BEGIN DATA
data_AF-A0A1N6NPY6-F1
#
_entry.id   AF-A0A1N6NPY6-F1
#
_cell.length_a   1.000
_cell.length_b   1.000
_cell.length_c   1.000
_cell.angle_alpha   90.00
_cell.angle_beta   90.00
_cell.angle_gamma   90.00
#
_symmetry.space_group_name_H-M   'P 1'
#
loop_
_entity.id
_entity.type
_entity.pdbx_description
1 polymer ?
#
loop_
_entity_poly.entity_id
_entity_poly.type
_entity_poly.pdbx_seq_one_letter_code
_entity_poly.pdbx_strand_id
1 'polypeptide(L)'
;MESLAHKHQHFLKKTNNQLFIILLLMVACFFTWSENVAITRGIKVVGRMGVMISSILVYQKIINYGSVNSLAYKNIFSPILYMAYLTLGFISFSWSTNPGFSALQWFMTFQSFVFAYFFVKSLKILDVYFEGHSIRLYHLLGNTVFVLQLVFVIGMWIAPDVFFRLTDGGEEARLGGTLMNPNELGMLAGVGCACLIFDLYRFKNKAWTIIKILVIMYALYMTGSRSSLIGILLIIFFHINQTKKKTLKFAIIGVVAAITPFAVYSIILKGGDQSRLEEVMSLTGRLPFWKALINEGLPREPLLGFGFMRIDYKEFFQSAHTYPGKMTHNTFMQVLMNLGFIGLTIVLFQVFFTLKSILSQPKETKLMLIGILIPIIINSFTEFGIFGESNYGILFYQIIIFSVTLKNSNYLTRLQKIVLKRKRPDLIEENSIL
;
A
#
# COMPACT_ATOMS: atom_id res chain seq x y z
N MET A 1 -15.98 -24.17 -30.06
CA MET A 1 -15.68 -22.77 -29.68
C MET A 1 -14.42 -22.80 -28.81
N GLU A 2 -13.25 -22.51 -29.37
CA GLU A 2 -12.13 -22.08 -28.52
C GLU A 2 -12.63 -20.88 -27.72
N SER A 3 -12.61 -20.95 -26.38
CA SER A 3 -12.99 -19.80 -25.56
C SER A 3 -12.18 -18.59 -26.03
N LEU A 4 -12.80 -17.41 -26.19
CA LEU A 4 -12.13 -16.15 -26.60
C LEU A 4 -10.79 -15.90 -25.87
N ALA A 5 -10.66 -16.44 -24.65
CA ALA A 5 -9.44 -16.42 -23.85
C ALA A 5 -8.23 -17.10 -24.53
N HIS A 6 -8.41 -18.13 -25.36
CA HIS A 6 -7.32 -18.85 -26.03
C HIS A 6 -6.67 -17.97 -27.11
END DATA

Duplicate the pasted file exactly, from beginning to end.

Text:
data_AF-A0A1N6NPY6-F1
#
_entry.id   AF-A0A1N6NPY6-F1
#
_cell.length_a   1.000
_cell.length_b   1.000
_cell.length_c   1.000
_cell.angle_alpha   90.00
_cell.angle_beta   90.00
_cell.angle_gamma   90.00
#
_symmetry.space_group_name_H-M   'P 1'
#
loop_
_entity.id
_entity.type
_entity.pdbx_description
1 polymer ?
#
loop_
_entity_poly.entity_id
_entity_poly.type
_entity_poly.pdbx_seq_one_letter_code
_entity_poly.pdbx_strand_id
1 'polypeptide(L)'
;MESLAHKHQHFLKKTNNQLFIILLLMVACFFTWSENVAITRGIKVVGRMGVMISSILVYQKIINYGSVNSLAYKNIFSPILYMAYLTLGFISFSWSTNPGFSALQWFMTFQSFVFAYFFVKSLKILDVYFEGHSIRLYHLLGNTVFVLQLVFVIGMWIAPDVFFRLTDGGEEARLGGTLMNPNELGMLAGVGCACLIFDLYRFKNKAWTIIKILVIMYALYMTGSRSSLIGILLIIFFHINQTKKKTLKFAIIGVVAAITPFAVYSIILKGGDQSRLEEVMSLTGRLPFWKALINEGLPREPLLGFGFMRIDYKEFFQSAHTYPGKMTHNTFMQVLMNLGFIGLTIVLFQVFFTLKSILSQPKETKLMLIGILIPIIINSFTEFGIFGESNYGILFYQIIIFSVTLKNSNYLTRLQKIVLKRKRPDLIEENSIL
;
A
#
# COMPACT_ATOMS: atom_id res chain seq x y z
N MET A 1 -15.98 -24.17 -30.06
CA MET A 1 -15.68 -22.77 -29.68
C MET A 1 -14.42 -22.80 -28.81
N GLU A 2 -13.25 -22.51 -29.37
CA GLU A 2 -12.13 -22.08 -28.52
C GLU A 2 -12.63 -20.88 -27.72
N SER A 3 -12.61 -20.95 -26.38
CA SER A 3 -12.99 -19.80 -25.56
C SER A 3 -12.18 -18.59 -26.03
N LEU A 4 -12.80 -17.41 -26.19
CA LEU A 4 -12.13 -16.15 -26.60
C LEU A 4 -10.79 -15.90 -25.87
N ALA A 5 -10.66 -16.44 -24.65
CA ALA A 5 -9.44 -16.42 -23.85
C ALA A 5 -8.23 -17.10 -24.53
N HIS A 6 -8.41 -18.13 -25.36
CA HIS A 6 -7.32 -18.85 -26.03
C HIS A 6 -6.67 -17.97 -27.11